Brian- I wanted to use Guar because it’s cheaper, oh well
    Marie- try my “sourdough starter” posts also I will email you
    Gina- all you need is a little, too much and it tastes bad in my opinion
    Thanks again all for visiting!
    Jess

    Reply
  • 13. Jeanine  |  May 4, 2009 at 10:34 am

    Wow, am I glad that I found this post! I just bought some guar gum because of the price difference, and reading everywhere that it could be interchanged with xanthan gum. Now I know, I’ll save it for things like cookies & pancakes. Thanks for sharing what you learned. :)

    Reply
  • 14. Karen Joy  |  May 5, 2009 at 3:03 pm

    Just checking in, Jess… You haven’t posted for a week or so, and I’m wondering if all is OK w/ you. :)

    Reply
  • 15. gfe-gluten free easily  |  May 6, 2009 at 5:46 pm

    I’ve steered clear of the guar gum because it can have a laxative effect. I’ve actually experienced that issue with some processed gf treats that contained it. Sorry to bring it up, but you should know. There are a lof of recipes that don’t even need either.

    I just read this elsewhere: “Carol Fenster’s Gluten Free 101 books says that to substitute for Xantham Gum you can use 50% more of Guar Gum.” So there is a difference in amounts. I also read you can substitute buckwheat for the xanthan gum sometimes. I’ve read other substitutions, but can’t remember them right now.

    Thanks for the heads up, Jessie!
    Shirley

    Reply
  • 16. Happi Heart  |  July 24, 2009 at 9:46 am

    Hi I am new to this and went out and bought all the stuff the healthfood store person said I needed to live gluten free. So I have a bag of Guar gum. From what I have read ???? Is there any good use for it?
    Happi

    Reply
    • 17. glutenfree4goofs  |  July 24, 2009 at 4:31 pm

      Yes you can certainly use it, I just wouldn’t try making bread with it right yet!? I’ve heard it works better than what I’ve experienced if you use quite a bit MORE. That would be why it is less expensive. I would use it for things like pancakes, crepes, soup thickener, possibly half and half with xanthan gum in baked goods. Experiment, but just know that if you are converting something that calls for xanthan you will need more guar. Also if you are converting a wheat recipe you could use some of each. I think there are many recipes that call for guar :) I hope I haven’t sent you in a panic!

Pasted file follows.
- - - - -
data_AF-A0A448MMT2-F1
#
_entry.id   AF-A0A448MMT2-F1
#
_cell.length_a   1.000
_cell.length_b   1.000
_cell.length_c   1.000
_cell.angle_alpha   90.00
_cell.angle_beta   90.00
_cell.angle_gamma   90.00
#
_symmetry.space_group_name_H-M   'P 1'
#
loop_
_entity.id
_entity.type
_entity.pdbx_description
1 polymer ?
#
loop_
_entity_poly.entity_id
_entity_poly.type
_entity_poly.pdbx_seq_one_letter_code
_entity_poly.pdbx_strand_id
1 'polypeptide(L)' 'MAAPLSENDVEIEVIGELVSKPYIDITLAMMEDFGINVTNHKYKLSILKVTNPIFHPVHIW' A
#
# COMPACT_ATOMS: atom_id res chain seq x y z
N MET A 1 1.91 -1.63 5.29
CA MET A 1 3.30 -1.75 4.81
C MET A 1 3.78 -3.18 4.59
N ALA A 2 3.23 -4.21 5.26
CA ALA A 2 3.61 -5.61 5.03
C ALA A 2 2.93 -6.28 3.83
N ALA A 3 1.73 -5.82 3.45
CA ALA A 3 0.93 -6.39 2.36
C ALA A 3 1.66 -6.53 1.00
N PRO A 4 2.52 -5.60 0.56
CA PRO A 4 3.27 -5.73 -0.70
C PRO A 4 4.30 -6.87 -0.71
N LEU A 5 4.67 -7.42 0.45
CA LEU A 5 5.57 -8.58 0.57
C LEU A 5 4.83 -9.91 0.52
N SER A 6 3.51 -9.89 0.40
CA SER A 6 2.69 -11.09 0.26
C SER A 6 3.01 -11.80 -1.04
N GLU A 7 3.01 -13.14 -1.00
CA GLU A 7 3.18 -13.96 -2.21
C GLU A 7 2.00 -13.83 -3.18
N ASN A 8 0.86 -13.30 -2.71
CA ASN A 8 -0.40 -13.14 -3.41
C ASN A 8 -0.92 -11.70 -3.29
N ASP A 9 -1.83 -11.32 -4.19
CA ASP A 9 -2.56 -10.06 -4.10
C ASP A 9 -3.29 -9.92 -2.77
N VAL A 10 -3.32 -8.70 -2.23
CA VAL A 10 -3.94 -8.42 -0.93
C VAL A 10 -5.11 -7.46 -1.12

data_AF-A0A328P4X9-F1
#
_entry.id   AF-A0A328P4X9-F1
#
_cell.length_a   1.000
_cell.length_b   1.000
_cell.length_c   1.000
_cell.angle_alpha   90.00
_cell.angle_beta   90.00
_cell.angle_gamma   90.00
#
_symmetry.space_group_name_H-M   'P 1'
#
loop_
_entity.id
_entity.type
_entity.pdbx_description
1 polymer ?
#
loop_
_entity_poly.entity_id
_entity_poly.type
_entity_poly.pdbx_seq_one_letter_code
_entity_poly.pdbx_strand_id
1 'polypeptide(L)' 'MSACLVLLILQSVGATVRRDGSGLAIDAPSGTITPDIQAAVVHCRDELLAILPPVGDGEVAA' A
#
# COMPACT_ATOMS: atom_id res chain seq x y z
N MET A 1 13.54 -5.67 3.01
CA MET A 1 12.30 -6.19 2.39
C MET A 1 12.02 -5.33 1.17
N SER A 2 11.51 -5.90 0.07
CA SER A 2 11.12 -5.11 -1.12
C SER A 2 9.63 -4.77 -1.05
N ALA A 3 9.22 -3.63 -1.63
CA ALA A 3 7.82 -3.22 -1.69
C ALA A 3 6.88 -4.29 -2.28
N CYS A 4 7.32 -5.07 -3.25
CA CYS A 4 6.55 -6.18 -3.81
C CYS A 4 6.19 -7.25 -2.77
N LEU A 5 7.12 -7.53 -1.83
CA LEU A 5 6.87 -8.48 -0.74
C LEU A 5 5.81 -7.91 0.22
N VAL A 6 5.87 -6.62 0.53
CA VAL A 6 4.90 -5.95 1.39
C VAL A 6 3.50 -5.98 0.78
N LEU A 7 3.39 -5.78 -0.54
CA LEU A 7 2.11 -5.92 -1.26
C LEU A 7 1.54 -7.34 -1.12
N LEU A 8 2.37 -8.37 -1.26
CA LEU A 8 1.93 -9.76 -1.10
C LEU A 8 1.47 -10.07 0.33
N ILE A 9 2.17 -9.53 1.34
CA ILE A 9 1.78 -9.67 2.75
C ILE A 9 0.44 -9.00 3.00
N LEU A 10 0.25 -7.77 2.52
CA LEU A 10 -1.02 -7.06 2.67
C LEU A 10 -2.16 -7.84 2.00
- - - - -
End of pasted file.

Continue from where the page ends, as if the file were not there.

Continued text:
Reply
  • 18. Shannon  |  January 5, 2010 at 7:32 am

    I am new to GF baking and keep seeing Xanthan Gum on my recipes but cannot find it anywhere… so I bought Guar Gum and my bread is just plain “squat”. I will go out today and search for the Xanthan Gum. I thought because I didn’t get a good rise, that it meant I needed more yeast (this was a very wrong wrong wrong assumption, as all I accomplished was making a very large mess inside my bread machine)… I will hold off on another loaf until I find the precious Xanthan Gum…. Thanks so much for the info!

    Reply
    • 19. Jess @ Blog Schmog  |  January 7, 2010 at 5:07 pm

      Shannon, you may want to try doubling the Guar Gum. I have not tried this myself but have read, since this post, (and I belive other commenters have pointed out) that when using Guar, you need to use MORE than with Xanthan. Although, you can purchase Xanthan Gum through Bob’s RedMill (my local Super 1 carries it) or you can google it online. I believe even Amazon.com carries it! Hope this helps.

      Reply
  • 20. Karen Robertson  |  February 4, 2010 at 4:48 pm

    It would be interesting to know why that happened. I use guar gum exclusively now after years of using xanthan gum (and spending three times the money on it). I buy guar gum in large quantity from Ener G foods and it works beautifully for me. it provides for better baked goods since it is less gummy. I use it for everything…bread, cakes cookies etc.

    Your experience is quite unique.

    Reply
  • 21. Karen Robertson  |  February 4, 2010 at 4:50 pm

    I just read a few more comments and I use exactly the same amount of guar gum as I would xanthan gum. this is a mystery.

    Reply
    • 22. Jess @ Blog Schmog  |  February 4, 2010 at 5:01 pm

      Strange Karen. I bake a lot and I’ve tried on more than one occasion in more than one location. :) LOL and it always falls flat for me. Maybe it has to do with elevation. I’ve often wondered if guar is not a good combo with mountain elevations.

      I’ve also read that even within each company the “quality” of the product varies. So maybe I just got a bad batch. The only weird thing is this happened at least three times with two different companies.

      I’ll give er’ another go :) Thanks for your comments.

      Reply
  • 23. chemtotal  |  June 9, 2010 at 5:17 pm

    Guar gum is E412 food additive.

    Reply
  • 24. brook  |  October 23, 2010 at 11:29 pm

    Can you send me the info on sourdough bread/starter? Whatever you have asap! I stared a starer and I need to know if its right and recipes to use it

    Reply
  • 25. 2010 in review « Gluten Free 4 Goofs  |  January 2, 2011 at 12:22 pm

    [...] Xanthan Gum vs. Guar Gum April 2009 24 comments 3 [...]

    Reply
  • 26. Beth  |  February 4, 2011 at 2:47 pm

    Bob’s Red Mill has a great comparison chart for when to use guar gum vs xanthan gum. You got better results with the xanthan because it works better for baked goods.

    http://www.bobsredmill.com/blog/2010/05/14/guar-gum-vs-xanthan-gum/

    Reply
  • 28. Beth  |  February 4, 2011 at 2:49 pm

    Here’s another link from Bob’s that lists some equivalents.
    I hope it helps you to have future success with these food thickeners.

    http://www.bobsredmill.com/recipes_detail.php?rid=888

    Reply
  • 29. Susannah  |  March 2, 2011 at 7:40 pm

    Interesting! I use both, one for the other or whatever I feel like using that day and they turn out fine. I used guar gum in a loaf of bread today and it was fine. Maybe I should us xanthan in it next time and see what happens :)

    Reply